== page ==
When I first walked up to the Roths’ residence, I got a sense that they were ready for their big move to Luther Crest – the open garage looked all packed up and organized. Getting into their house through the kitchen door, my first impression confirmed that Sylvia and Jim had worked hard at sorting “everything” including their China and glassware. (Mind you, we would have been ready to do this for and with them, but we can divide and conquer any which way the client prefers!). The Roths had identified items to give to family members or donate – well in advance of their move day which was still about three weeks out.
My task was to pack up the kitchen and make sure we would not be taking things that were still needed prior to the move (yes, they would need bowls to eat the chili that was simmering on the stove and a few sets of plates, silverware, mugs and glasses). Also we were working with Sylvia through questions like: “Will I continue to bake pie?” Why yes, why not?! Take the rolling pin and pie plates!
The “small world” moment came when I was packing up their glasses in the kitchen. Next to the water glasses was a set of miniature wine glasses imprinted: “Weinkerwe Friedelsheim”. No doubt about it: These were from the annual wine fest in the little town of Friedelsheim which is a village in Rhineland-Palatinate near the German Weinstrasse (Wine Route), about 10 miles from where I grew up in Germany. We’re not talking about the ubiquitous commemorative beer steins from the world renowned Munich “Oktoberfest” that attracts masses every year, we’re talking about little wine festival souvenirs from a village that has a population of 1,500.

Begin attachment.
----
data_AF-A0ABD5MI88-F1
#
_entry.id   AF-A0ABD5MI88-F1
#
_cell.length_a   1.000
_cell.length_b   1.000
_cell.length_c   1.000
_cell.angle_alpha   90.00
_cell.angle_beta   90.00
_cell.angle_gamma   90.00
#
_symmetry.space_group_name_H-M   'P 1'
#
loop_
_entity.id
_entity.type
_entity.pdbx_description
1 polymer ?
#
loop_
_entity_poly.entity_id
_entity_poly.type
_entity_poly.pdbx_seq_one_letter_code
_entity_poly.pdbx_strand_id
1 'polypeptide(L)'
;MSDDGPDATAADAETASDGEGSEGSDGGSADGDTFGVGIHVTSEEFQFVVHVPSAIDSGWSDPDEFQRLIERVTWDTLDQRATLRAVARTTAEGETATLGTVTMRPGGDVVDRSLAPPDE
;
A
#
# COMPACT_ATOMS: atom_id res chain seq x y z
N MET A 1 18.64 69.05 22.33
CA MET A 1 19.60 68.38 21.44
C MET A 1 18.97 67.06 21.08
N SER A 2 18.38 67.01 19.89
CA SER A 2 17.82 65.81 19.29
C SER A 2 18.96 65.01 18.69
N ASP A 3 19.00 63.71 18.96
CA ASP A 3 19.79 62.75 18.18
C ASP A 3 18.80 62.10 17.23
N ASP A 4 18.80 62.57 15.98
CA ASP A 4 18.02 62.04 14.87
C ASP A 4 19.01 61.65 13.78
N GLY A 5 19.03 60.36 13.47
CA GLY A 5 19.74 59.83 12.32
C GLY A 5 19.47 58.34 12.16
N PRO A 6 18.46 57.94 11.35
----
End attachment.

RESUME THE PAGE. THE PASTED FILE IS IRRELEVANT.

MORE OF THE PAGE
So I had to ask! And it brought a smile onto Jim’s face. Turns out that he had been stationed in the Palatinate in the mid-1950s (“you know, things were still pretty bad back then – not long after the War”). He sure knew how to pronounce his last name in German – and mine, too, which is quite rare! Jim brought out a souvenir picture book of this beautiful area, showing the little vintner villages between rolling hills covered by rows and rows of vineyards. I thumbed through it and showed him the church my oldest son was baptized in. The couple had traveled back a few times and their kids had an exchange program through school with a family from that little village of Friedelsheim.
Though they had lost contact with these friends, it almost felt like our chance meeting and our sharing about the sights they had seen was like an opportunity to (re)visit. That is one of my favorite aspects of our service to seniors: It’s not simply a matter of planning, sorting and packing. Not a matter of plain logistics. It’s an opportunity to evaluate and remember important milestones and connect with a life story. Yes, even discover common interests or connections. And that’s what small world moments like this are all about.